The recent revelation that Apple firmware sometimes slows down older iPhones with ageing batteries to prevent them from shutting down unexpectedly has created a perfect storm in the tech world. Apple claims that they have never and would never shorten the life of any of their products deliberately to encourage the purchase of upgrades. They would say that, wouldn’t they! On the contrary, they maintain that their aim has always been to design products that their customers love. And making iPhones last as long as possible is part and parcel of that philosophy of excellent customer service.
Your iPhone is a wonderful companion until it suddenly goes blank. We’ve all been there. The commute home with nothing to read and no-one to phone. The loss of Google maps as you travel into unfamiliar territory. The sickening realisation that the alarm didn’t go off because you forgot to plug in your phone the previous evening. Not only that, it’s frustrating to have to restrict your phone’s usage to avoid that blackout. But the fact is that all rechargeable batteries become less effective and less able to hold a charge because of chemical ageing, something that’s common to all lithium-ion batteries. The number of times a battery has been recharged and extremes of temperature also cause the battery to age more quickly. In addition, the battery becomes less able to deliver peak energy loads, especially in a low state of charge, which is why it shuts down unexpectedly. Fortunately, there are steps you can take to prolong your battery life and we’ll look at the main ones.
Start your voyage of iPhone battery discovery by going to Settings>Battery. Make a note of the remaining usage and standby times, then tap the sleep/wake button and wait 10 minutes. Go back to Settings>Battery and see if the standby time has increased by 10 minutes. If it hasn’t, you’ll know something is preventing your iPhone from resting, and it’s likely to be an app. Multiple notifications appearing on the screen while the phone is locked will cause the display to switch on continuously. You can most likely live without some apps, such as recommendations from your favourite TV streaming. So go to Settings>Notifications, find the app and disable the Show on Lock Screen.
And, while we’re on the subject, if you don’t need all apps to be updated automatically, go to Settings>General>Background App Refresh, look at the list and turn off those that don’t need to be. Bear in mind that they’ll still update and work normally when you click on them, but they won’t remain active when they’re not being used. In any case, if you don’t like the change, you can always reverse the action by going back to Settings. Force quitting apps is generally a bad idea, because idle apps don’t use much energy and when you open them again, they can resume from where you left off. But force quitting an app forces it to start again from scratch when it is relaunched and so uses much more energy.
A poorly coded app, even really popular ones such as Facebook and YouTube, can contain bugs that really power down the juice in a matter of hours, even if they’re not in use. If you find that your battery life is going down fast, go to Settings>Battery to discover what’s eating it up. Click on the clock icon next to Last 24 Hours and Last 7 Days, and you’ll see a breakdown of how the apps have been performing – anything with a large amount of background activity will be suspect. Either delete the app, or go to Settings>General>Background App Refresh and switch off that app’s ability to refresh in the background.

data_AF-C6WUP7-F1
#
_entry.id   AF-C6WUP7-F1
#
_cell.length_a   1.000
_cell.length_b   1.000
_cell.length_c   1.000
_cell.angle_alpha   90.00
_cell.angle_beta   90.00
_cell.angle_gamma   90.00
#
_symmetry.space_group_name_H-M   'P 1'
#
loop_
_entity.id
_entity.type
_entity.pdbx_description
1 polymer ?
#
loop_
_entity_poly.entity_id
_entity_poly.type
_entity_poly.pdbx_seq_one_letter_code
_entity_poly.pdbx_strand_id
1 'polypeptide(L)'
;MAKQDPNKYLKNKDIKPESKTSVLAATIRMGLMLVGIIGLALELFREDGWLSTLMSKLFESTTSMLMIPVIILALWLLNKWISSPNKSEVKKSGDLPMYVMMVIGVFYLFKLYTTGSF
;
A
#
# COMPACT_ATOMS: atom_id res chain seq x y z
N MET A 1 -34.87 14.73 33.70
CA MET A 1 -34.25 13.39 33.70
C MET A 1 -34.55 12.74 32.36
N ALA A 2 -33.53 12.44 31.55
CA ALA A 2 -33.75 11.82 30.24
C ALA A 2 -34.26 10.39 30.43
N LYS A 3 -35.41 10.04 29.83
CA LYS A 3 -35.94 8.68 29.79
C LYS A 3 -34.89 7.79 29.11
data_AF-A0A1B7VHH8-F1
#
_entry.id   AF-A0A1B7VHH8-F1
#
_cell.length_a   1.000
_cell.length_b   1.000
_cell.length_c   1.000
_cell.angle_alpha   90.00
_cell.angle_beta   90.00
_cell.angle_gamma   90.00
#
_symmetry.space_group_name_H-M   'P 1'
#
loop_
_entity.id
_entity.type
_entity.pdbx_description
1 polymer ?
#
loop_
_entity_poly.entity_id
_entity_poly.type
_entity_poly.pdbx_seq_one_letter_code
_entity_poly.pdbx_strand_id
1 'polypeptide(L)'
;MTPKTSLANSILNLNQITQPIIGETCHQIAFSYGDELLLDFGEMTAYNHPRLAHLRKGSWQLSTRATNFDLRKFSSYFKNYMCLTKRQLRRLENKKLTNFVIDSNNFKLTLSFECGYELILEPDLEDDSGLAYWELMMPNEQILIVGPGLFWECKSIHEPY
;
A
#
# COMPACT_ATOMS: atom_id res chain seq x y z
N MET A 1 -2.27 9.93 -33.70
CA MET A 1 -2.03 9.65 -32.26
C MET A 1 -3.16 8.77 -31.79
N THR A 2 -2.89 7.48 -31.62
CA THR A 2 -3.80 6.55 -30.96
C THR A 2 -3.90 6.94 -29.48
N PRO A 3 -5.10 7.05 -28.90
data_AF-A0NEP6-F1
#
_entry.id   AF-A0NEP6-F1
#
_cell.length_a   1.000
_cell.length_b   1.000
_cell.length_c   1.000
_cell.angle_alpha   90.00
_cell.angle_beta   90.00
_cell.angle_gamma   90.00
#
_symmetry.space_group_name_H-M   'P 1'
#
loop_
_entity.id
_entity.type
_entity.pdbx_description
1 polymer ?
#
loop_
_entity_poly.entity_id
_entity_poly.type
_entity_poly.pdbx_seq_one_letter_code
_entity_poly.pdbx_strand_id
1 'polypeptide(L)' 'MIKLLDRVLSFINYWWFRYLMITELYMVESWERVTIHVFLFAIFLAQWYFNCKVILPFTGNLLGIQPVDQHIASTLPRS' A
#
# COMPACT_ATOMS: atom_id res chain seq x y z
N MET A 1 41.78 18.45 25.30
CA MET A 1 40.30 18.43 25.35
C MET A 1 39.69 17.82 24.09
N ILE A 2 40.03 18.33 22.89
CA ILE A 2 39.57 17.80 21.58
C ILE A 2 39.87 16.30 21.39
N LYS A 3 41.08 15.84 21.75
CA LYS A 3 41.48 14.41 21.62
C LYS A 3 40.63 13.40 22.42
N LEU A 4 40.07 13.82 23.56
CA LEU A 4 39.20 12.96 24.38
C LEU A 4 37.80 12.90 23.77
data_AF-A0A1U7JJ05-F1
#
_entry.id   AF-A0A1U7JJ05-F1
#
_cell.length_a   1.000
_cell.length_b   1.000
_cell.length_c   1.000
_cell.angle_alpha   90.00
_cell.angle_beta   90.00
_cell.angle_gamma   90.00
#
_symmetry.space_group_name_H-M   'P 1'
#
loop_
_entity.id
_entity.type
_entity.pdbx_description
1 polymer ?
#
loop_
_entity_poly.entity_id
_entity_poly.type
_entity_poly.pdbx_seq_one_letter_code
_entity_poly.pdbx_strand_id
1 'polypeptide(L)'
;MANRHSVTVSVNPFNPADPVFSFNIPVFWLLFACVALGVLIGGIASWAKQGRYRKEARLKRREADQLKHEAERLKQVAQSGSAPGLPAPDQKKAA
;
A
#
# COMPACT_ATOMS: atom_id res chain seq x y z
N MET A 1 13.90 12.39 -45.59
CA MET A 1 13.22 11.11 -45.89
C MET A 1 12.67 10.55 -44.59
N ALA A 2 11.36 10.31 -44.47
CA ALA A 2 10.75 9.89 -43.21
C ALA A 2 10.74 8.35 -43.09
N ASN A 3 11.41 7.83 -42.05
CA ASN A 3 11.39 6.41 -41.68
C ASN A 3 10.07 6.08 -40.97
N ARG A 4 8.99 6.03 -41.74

Poor cell phone coverage and Wi-Fi, for that matter, have a substantial impact on battery life because your phone is continuously searching for a better signal. If you know you’re going somewhere with poor reception, either keep your phone on charge or switch to Airplane mode (swipe up from the Home screen, open Control Centre and tap the Airplane icon to activate), but remember that you can’t make or receive calls. The same goes for GPS. Unless you’re using a maps app, you should be able to get by without it. Go to Settings, Privacy and Location to disable it.
Excessively bright screens are a huge drain on the battery, especially if you receive a lot of notifications that activate the display or you use your phone a lot. Try turning on Auto-Brightness to dim the display and increase the battery life. Open Control Centre and drag the Brightness slider to alter. Auto-Brightness adjusts your screen to the prevailing lighting conditions automatically. Go to Settings>General>Accessibility, then to Display Accommodations and switch on Auto-Brightness.
Then there’s air temperature. This is the biggest drain on battery life, whether it’s charging or using the phone in the cold. While it is true that extremes of both hot and cold can adversely affect performance and battery life, cold is the real villain. Room temperature – around 20 degrees C/ 70 degrees F is the ideal temperature for charging equipment, but the range can be widened from 5 degrees to 45 C/41 to 113 F. Anything outside this range will be harmful for the battery, especially charging the battery below 0 degrees C/32 degrees F, which can cause permanent damage. Ideally, charge your phone at as close to room temperature as possible, and keep your phone in a pocket when outside in cold weather. Buy a case for your phone if you’re going to be out in cold weather, and don’t leave your phone in a cold car in winter.
If you want to avoid sudden blackouts, but find altering the settings too much of a hassle and time-consuming, how about buying a portable charger until there’s a real breakthrough in battery technology? There is plenty of choice out there, in terms of power output and price, ranging, for example, from one with enough juice for a camping trip to a pocket-sized solution for your daily commute. So either way, there’s no need to suffer any longer!